A common criticism of hedge funds is that they don’t beat the market (commonly taken as the S&P 500, which is the world’s most tracked equity benchmark).
Some even use this as a way to question why hedge funds exist in the first place. Namely, if something doesn’t add value, then shouldn’t natural forces do away with the ones that aren’t cutting it?
In 2008, Warren Buffett famously placed a million-dollar bet that an S&P 500 index fund would beat the funds of funds that hedge fund managers would select.
However, hedge funds as a whole shouldn’t be expected to beat the S&P.
We’ll explain why, as well as why comparisons to the S&P 500 usually don’t make much sense anyway in the context of hedge funds.
We’ll also cover why hedge funds beating the market isn’t necessarily good on its own either.
Alpha is zero sum
Alpha is a zero-sum game. If you deviate from the index in some way, then you’re making a bet that you’re right and somebody else is wrong.
You do this every time you pick stocks or try to pick winners and losers in a market. This is not easy to do because everything that’s known is already discounted in the price, so there are no easy sure things.
For example, we know that some companies are better than others. They earn more or they’re growing more. But because of how the discounting process works, this is already reflected in their valuations.
Moreover, there are transaction costs, overhead (e.g., staff, legal and compliance, etc.), and other fees that turn this into a negative-sum game.
So naturally, their performance will always lag the market to some degree. It’s simply in-built into the market structure.
The argument is like saying sports coaches as a whole don’t have a winning record. Does that mean we just shouldn’t have coaches? (And in market contexts, we shouldn’t have active managers and it’s pointless to pick individual stocks for your portfolio?)
It’s self-evident why sports coaches and managers don’t have winning records as a whole – they can’t.
Winning is a zero-sum game. When somebody wins, somebody else has to lose. So they can’t collectively produce a winning record. Yet there are a select few coaches (like investment firms and investment managers) who tend to be consistently better than others.
And how to attribute this outperformance (or underperformance) is not often easy to pin down.
- Is it simply because trading is a high-variance game and determining relative skill levels is not always easy?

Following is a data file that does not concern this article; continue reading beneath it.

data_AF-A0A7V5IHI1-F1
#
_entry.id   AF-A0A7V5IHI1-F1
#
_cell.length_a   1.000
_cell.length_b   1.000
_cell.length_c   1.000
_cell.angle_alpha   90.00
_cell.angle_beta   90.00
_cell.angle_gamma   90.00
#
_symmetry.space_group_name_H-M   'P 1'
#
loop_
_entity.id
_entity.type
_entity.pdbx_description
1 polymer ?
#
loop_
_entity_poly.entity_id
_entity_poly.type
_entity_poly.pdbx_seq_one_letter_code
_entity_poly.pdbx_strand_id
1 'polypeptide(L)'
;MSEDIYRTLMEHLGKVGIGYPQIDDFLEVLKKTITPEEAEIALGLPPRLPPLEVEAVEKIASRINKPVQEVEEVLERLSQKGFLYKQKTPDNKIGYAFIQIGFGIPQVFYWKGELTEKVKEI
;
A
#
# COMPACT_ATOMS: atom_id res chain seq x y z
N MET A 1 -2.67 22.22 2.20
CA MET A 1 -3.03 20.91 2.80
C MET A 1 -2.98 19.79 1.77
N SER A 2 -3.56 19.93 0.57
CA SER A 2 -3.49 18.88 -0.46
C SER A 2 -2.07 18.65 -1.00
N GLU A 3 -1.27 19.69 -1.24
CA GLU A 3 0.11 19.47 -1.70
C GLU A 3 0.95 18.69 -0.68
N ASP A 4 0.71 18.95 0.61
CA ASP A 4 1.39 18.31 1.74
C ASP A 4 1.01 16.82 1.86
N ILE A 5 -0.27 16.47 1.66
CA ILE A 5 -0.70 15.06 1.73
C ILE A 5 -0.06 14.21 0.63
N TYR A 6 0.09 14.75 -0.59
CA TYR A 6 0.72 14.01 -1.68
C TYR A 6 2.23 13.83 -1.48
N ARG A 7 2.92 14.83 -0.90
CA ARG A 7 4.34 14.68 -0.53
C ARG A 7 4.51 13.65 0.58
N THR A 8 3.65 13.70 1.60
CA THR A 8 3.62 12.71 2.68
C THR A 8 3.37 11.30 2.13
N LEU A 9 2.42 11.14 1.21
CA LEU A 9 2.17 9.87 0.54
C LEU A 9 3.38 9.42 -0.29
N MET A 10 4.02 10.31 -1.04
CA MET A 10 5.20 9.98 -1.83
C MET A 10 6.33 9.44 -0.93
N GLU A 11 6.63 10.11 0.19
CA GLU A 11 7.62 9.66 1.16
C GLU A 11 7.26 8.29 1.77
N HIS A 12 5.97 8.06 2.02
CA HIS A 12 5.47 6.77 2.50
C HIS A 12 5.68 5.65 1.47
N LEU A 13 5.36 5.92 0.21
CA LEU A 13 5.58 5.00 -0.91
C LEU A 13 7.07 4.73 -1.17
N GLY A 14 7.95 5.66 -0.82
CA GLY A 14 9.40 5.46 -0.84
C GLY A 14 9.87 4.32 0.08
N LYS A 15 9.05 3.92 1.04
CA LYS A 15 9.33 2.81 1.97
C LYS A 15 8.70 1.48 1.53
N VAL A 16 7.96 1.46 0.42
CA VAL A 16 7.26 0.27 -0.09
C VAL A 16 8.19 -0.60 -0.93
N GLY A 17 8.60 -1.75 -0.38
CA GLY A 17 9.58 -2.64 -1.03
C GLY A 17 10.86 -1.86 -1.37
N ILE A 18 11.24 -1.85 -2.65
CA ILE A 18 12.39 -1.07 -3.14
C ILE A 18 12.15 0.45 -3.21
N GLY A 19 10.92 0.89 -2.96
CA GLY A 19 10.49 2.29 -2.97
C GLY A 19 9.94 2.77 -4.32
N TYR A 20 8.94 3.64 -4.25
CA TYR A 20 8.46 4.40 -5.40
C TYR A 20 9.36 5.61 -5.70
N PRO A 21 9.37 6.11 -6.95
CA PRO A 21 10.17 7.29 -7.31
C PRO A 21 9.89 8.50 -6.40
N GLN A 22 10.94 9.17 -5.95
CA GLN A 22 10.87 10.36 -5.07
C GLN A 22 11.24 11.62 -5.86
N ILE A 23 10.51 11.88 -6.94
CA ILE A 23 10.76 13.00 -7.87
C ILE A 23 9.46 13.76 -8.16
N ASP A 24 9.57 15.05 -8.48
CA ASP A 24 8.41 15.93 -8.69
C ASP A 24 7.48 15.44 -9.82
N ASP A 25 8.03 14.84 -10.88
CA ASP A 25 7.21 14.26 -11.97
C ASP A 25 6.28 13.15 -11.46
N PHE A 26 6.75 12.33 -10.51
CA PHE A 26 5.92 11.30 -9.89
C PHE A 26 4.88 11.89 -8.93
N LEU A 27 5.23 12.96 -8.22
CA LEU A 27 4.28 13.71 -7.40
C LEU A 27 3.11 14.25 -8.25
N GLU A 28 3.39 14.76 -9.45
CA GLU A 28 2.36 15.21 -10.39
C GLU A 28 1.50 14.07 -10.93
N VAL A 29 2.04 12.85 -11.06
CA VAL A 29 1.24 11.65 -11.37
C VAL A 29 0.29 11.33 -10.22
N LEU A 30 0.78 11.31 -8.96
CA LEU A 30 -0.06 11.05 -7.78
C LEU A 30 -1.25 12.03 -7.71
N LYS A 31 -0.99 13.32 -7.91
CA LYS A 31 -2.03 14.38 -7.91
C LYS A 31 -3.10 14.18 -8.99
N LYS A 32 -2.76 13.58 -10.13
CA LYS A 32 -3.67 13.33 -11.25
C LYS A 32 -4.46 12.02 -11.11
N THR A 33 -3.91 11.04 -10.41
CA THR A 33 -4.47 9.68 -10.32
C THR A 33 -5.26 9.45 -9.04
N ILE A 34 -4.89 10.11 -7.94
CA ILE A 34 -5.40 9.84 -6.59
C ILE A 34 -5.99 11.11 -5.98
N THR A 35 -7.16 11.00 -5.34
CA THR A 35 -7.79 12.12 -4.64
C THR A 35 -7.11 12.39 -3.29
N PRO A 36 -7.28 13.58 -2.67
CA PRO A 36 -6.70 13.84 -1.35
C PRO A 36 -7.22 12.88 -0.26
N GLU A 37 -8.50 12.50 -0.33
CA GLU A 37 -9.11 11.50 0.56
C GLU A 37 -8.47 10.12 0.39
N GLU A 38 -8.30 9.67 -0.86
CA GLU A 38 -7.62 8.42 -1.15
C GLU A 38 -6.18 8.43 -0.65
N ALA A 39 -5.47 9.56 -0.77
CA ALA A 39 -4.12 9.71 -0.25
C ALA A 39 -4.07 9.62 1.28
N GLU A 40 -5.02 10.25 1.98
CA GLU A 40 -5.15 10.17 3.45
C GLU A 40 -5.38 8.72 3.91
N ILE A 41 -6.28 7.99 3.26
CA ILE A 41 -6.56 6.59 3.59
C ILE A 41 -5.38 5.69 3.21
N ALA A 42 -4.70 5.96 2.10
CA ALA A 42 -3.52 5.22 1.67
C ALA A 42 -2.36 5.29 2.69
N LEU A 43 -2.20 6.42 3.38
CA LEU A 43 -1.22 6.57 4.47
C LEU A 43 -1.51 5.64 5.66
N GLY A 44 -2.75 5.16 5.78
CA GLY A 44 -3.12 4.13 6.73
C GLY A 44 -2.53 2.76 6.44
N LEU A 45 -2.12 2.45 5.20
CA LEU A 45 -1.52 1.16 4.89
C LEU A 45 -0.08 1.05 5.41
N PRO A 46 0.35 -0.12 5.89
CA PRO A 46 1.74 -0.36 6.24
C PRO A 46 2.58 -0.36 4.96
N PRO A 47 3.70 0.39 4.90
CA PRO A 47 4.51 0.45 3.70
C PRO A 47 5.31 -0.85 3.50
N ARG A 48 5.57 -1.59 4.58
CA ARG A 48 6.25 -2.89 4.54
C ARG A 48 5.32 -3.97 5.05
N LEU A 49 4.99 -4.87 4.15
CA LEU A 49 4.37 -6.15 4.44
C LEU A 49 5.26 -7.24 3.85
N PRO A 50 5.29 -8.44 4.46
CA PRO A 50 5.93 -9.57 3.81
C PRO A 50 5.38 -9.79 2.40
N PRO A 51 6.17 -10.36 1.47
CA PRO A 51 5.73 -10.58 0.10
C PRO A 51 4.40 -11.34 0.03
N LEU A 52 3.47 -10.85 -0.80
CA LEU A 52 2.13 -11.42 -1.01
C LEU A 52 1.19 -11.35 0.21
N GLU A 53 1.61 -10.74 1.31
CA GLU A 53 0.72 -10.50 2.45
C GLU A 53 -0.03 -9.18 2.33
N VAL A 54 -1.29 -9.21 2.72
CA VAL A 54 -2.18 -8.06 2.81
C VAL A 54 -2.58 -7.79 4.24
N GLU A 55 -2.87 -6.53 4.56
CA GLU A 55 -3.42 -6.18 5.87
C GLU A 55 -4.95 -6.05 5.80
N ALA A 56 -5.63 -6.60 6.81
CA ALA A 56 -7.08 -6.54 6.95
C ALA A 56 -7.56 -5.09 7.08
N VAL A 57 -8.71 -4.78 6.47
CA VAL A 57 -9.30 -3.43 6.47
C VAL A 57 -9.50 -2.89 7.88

- Is it because they have talented people around them and they get carried along for the ride?
- Is it because of their own skill?
There are a group of hedge funds that are consistently very good.
And there are many that have no real edge as it pertains to whatever markets or form of business they engage in relative to a representative benchmark.
The problems with comparisons
If an LP goes to a hedge fund and tells them they want 5 percent above inflation annually at 12 percent volatility (less than the S&P 500), and they consistently deliver on that promise – is it bad that they’re doing exactly what they said they would do even if the S&P is above that performance over recent market history?
If that were the goal, a “CPI + 500bps” mandate would return just 7 to 8 percent annualized when inflation is at a normal level.
7 to 8 percent will lag equity returns over some timeframes. So it will underperform something like the S&P 500.
But if the strategy is executed successfully, they’re doing exactly what they said they were going to do at less risk than the benchmark.
So it’s not a very good comparison.
Risk is just as important as returns
One big component of returns is risk.
The average trader and investor thinks about returns, which is natural to do.
But sound risk management is very important. If you don’t play good defense, you’re going to blow too big of a hole in your portfolio – in the form of high drawdowns – that it’s going to be very hard to recover from.
If a firm is taking less risk in their investment style it’s likely they’ll underperform a strategy taking higher risk, even if their reward-to-risk (i.e., risk-adjusted returns) is superior.
The problem with the S&P as a benchmark
There’s also a problem with using the S&P as a benchmark, especially for firms that are not a long-only equities fund (like a mutual fund).
For example, if the S&P is down 30 percent and a hedge fund (or any type of trader) is down “only” 20 percent, is that great performance?
They might be beating the index by a wide margin but the performance is still objectively horrible.
And if the S&P is up 30 percent and you’re “only” up 20 percent, is that “bad” performance?
That’s very good performance irrespective of what the benchmark is doing.
Likewise, if you’re a landlord, you probably don’t care how your returns (e.g., net operating income divided by total cash invested into the properties) compare to the S&P 500.
You’re just trying to get what you can get and it’s not really appropriate to compare your performance to the stock market.
Basically all businesses are “absolute return” vehicles.
The importance of size
It’s easier to make high returns off low sums of money than it is to make high returns off large sums of money.
There are lots of high-return, low-capacity opportunities in the market.
For example, small businesses tend to be run in a way that doesn’t necessarily maximize their return on investment.
On the other hand, there is lots of capital bidding up S&P 500 companies, which boosts their prices and lowers their forward returns.
It’s easier to create high returns on a $0-$10 million portfolio than it is in a portfolio of billions of dollars.
Things that are easy to do on a smaller scale are often not easy to do on a larger scale.
For example, many traders/investors are not able to trade smaller opportunities (e.g., small cap equities) because the size they need to transact in to make it worth it to them would move the market against them.
Not everything can be solved with passive investments
Different investors have different problems that can’t be solved through passive investments and need customized exposures.
In this case, it’s about solving their individuals problems and needs, not strictly about how does this part of our portfolio do against some other prepackaged product that some take to mean “the market.”
Some may require more customized solutions to meet their specific goals.